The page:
Stories from the Scottish troops

Retired Major Malcolm Ross tells of his great uncle, Captain Brian Brooke of the 2nd Gordon Highlanders, and the Gordons' capture of Mametz. Actor Brian Cox narrates.

1645 1st July, 1916

Footballers United

History of World War One

Footballers United

Hearts are on a roll, top of the league – but your country needs you

One of the many "Pals Battalions" that saw action on the first day of the Somme was a brotherhood of sportsmen formed from some of the finest footballers in Scotland. Find out how they fared in action – and what happened to the women they left behind – in the interactive documentary: Footballers United

Remembering the Somerset Light Infantry

History of World War One

On the first day of the battle, 282 men from the Somerset Light Infantry died. Here, BBC Somerset remembers them.

Canadian commemorations

The Canadian National Commemoration is a fitting final service at the Somme for TRH on #CanadaDay.🇨🇦

The Canadian National Commemoration is a fitting final service at the Somme for TRH on #CanadaDay.🇨🇦

For the Fallen

For the Fallen by Laurence Binyon is perhaps the most famous poem to have emerged from World War One. Here it is read by Brian Hewitt, a member of Stoke Gifford Royal British Legion, to remember those in the Battle of the Somme. 

"They shall grow not old, as we that are left grow old. Age shall not weary them, nor the years condemn. At the going down of the sun and in the morning. We will remember them." 

'As the stars that shall be bright when we are dust, to the end, to the end, they remain.'

Regiment stories: 30th Division - Liverpool and Manchester

History of World War One

Silver cap badge, the Liverpool Pals who volunteered before the 6 October 1914 were given this silver badge as a personal gift from Lord Derby.
Silver cap badge, the Liverpool Pals who volunteered before 6 October 1914 were given this silver badge as a personal gift from Lord Derby.

The division was made up of four Pals battalions from Liverpool and four from Manchester, alongside four battalions of men from the Regular army.

The soldiers were tasked with capturing the town of Montauban and, if all went according to plan, seizing a heavily fortified German position in a ruined French brickyard 2,000 yards from the British trenches.

They went over the top at 07:30. The soldiers advanced but suffered heavy casualties from a single German machine crew firing from Railway Valley.

By 10:00 they had captured the town of Montauban and three field guns. The artillery opened a barrage on the brickworks which the 20th King’s (Liverpool) captured by 12:34.

The British assault was a success. However, there were 6,100 casualties - around 14% of the men deployed.

Pals battalions: Why did friends fight together in WW1?

Memorial to the Liverpool and Manchester Pals in Montauban.
Memorial to the Liverpool and Manchester Pals in Montauban.

In pictures: Battle of the Somme

British troops going into battle
Getty Images

The BBC has put together a picture gallery of images from the Battle of the Somme. See the pictures here.

Stories from the Scottish troops

BBC Radio Scotland

In the seventh short episode, the BBC's Reevel Alderson tells of his grandfather John James Rough of the Tyneside Scottish. Narrated by Brian Cox.

15:45 1st July, 1916 (Reevel's grandfather is second from right in the back row.)

Regiment stories: 1st Newfoundland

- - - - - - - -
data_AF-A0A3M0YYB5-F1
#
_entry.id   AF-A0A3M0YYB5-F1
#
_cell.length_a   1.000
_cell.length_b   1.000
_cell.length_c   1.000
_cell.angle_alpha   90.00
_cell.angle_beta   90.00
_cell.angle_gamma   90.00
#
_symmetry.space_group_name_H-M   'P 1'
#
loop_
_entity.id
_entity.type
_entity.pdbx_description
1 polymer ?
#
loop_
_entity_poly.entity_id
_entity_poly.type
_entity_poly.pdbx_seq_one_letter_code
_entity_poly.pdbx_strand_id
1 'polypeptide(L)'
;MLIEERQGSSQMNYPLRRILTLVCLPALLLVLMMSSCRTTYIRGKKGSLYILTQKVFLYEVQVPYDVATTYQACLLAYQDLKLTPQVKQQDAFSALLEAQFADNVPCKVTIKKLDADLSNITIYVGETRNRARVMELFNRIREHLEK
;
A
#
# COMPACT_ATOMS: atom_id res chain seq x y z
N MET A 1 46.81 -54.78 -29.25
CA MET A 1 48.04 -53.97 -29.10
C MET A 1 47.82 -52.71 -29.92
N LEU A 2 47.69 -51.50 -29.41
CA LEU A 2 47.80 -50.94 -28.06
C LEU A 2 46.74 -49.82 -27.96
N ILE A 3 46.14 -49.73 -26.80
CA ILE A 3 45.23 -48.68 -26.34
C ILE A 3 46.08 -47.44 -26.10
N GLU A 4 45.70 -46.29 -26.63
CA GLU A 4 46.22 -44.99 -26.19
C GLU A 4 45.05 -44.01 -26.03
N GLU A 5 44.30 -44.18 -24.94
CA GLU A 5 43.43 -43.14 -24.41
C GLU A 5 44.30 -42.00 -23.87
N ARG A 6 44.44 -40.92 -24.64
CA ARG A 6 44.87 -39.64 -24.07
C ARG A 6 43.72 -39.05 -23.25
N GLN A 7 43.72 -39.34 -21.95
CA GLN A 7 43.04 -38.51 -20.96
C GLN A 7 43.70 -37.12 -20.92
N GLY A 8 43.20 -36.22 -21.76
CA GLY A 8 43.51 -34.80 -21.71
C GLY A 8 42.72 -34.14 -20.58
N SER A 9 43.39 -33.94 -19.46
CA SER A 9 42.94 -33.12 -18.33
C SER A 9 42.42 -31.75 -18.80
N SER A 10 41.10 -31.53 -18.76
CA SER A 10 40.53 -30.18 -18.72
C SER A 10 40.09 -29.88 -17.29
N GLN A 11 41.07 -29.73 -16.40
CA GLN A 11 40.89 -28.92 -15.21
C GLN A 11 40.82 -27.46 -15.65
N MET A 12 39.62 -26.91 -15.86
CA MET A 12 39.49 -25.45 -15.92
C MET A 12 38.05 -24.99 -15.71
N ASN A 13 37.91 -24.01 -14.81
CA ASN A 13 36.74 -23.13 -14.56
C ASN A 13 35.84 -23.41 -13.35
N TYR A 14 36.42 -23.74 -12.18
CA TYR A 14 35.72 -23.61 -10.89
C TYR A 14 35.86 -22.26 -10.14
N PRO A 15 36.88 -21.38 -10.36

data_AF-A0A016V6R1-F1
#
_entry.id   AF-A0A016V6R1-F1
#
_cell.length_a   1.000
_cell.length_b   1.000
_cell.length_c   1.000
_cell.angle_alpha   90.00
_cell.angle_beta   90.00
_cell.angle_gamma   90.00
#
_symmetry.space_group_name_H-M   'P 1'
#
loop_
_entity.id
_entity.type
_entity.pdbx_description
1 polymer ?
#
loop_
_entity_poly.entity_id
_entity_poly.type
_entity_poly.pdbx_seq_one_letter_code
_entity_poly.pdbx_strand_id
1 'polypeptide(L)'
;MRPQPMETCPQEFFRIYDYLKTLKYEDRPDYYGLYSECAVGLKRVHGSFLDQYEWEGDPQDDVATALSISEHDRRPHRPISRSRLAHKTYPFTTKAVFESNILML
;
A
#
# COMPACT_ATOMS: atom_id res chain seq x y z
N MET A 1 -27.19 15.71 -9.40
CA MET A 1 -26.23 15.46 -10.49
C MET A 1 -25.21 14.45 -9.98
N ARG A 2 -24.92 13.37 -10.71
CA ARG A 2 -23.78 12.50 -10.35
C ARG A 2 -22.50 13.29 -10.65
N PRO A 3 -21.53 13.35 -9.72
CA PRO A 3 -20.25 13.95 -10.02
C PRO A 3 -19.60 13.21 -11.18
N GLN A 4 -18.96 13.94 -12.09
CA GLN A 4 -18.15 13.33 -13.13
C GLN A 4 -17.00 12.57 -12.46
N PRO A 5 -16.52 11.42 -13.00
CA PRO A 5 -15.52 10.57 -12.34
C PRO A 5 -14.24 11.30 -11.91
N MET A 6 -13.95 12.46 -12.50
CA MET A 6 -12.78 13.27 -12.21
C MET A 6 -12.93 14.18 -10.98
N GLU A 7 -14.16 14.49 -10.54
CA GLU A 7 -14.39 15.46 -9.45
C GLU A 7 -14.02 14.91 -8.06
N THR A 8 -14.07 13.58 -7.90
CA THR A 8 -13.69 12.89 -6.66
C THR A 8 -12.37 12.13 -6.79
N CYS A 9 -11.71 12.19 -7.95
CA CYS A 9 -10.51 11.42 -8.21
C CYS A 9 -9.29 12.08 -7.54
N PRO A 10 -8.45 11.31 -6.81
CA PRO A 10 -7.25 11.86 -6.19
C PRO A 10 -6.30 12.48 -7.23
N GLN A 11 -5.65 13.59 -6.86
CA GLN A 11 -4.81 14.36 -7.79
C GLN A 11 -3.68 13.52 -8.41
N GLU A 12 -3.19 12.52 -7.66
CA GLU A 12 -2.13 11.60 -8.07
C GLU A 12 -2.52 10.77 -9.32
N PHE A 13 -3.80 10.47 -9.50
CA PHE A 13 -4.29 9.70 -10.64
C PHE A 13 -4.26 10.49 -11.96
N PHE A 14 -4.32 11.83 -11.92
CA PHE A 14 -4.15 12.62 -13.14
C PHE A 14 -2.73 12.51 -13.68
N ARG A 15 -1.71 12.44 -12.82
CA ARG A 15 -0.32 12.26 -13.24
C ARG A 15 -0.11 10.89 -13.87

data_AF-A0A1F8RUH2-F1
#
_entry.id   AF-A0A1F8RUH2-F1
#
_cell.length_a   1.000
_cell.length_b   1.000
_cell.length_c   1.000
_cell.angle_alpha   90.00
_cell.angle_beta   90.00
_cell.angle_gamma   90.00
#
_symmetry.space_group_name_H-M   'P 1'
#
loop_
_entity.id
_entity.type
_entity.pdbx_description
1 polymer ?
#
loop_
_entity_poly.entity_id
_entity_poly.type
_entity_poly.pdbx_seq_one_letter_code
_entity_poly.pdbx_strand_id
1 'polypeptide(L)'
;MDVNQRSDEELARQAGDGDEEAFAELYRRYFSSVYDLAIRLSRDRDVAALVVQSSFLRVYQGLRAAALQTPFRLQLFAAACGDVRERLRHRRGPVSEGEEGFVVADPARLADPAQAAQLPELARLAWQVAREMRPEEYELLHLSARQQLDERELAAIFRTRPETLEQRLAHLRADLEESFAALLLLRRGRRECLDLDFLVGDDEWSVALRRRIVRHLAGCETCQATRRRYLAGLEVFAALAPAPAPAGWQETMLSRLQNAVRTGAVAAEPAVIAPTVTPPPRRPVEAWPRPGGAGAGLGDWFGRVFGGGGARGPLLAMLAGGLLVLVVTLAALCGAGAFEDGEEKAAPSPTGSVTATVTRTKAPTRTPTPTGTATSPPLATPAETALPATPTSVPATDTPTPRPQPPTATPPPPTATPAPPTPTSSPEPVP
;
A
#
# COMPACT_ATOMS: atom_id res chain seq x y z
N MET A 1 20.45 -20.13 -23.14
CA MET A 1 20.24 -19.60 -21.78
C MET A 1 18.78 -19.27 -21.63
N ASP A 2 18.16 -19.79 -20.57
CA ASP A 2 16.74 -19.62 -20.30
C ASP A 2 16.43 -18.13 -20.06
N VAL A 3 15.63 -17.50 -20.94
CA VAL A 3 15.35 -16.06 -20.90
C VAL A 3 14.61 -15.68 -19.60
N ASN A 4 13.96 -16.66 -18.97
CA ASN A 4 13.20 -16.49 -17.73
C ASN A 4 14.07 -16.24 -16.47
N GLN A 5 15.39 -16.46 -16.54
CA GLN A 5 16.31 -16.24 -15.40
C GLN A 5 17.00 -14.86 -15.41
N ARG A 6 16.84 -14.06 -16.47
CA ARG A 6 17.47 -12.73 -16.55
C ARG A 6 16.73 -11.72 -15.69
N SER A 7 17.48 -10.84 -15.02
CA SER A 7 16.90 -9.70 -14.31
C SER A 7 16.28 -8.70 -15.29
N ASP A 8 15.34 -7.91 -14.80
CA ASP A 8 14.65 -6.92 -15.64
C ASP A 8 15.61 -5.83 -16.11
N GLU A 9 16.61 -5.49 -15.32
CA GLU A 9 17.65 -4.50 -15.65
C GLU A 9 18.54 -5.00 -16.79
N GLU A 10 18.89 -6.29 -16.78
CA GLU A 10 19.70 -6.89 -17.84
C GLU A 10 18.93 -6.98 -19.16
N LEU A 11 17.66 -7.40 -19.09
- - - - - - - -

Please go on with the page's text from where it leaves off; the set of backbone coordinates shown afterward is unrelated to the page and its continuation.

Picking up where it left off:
Cap badge with a caribou, the emblem of the Newfoundland Regiment.
Cap badge with a caribou, the emblem of the Newfoundland Regiment.

The 1st Newfoundland was made up of around 800 volunteers from the British colony of Newfoundland, (now a part of Canada).

They were part of a series of secondary attacks which took place after the main push.

At 9.15am 752 men went over the top and were hit by relentless German machine gun fire. Most of the soldiers never made it across No Man’s Land.

Forty men, commanded by Captain G.E. Malcolm, tried to attack the German trenches, but could not get any further.

Of the regiment, 91 per cent were casualties: 26 officers and 658 men

The Caribou Memorial now stands today near Beaumont Hamel on the Somme as a monument to the Newfoundland battalion.
The Caribou Memorial now stands today near Beaumont Hamel on the Somme as a monument to the Newfoundland battalion.

Newfoundland in WW1

Letters and diaries read out


During the service being held at Manchester Cathedral, letters written home by soldiers preparing to fight in the Battle of the Somme are being read out, along with diaries. The Duke of York, Archbishop of York and Chancellor George Osborne are among those attending. 


Dean of Manchester speaks of 'death and suffering on unprecedented scale'

The Duke of York

A service of national commemoration is taking place at Manchester Cathedral, attended by the Duke of York. 

Dean of Manchester Rogers Govender said: 

As we gather here in this place of prayer and reconciliation, we stand together, united in our shared commemoration of all those who were caught up in the tragic events of the battle which saw death and suffering on an unprecedented scale - those who were killed in action, or by disease, those who returned and whose lives were changed for ever, the bereaved, the lost, the families of those whose fate was never known, the wounded, maimed and injured and those who held in silence unspeakable memories of warfare.

Your Somme: Sign up with this interactive guide

Discover the excitement, determination and commitment of those who signed up to the Pals batallions in World War One.

Join up with the BBC's interactive guide to the Battle of the Somme.

Lancashire servicemen

Plymouth Somme memorial 'important for children'.

BBC Spotlight

A memorial service held in Plymouth for the fallen soldiers of the Battle of the Somme was "important for children" according to a commanding officer.

Jon Cresswell

Guns were fired, standard bearers and soldiers were present, and poems were read by school children.

Lt Col Jon Cresswell, commanding officer, 29 Commando Regiment Royal Artillery, said: "For young people it was very important, it made them the centre of the celebrations. It was the children that laid the wreaths, it was the children that read the poems."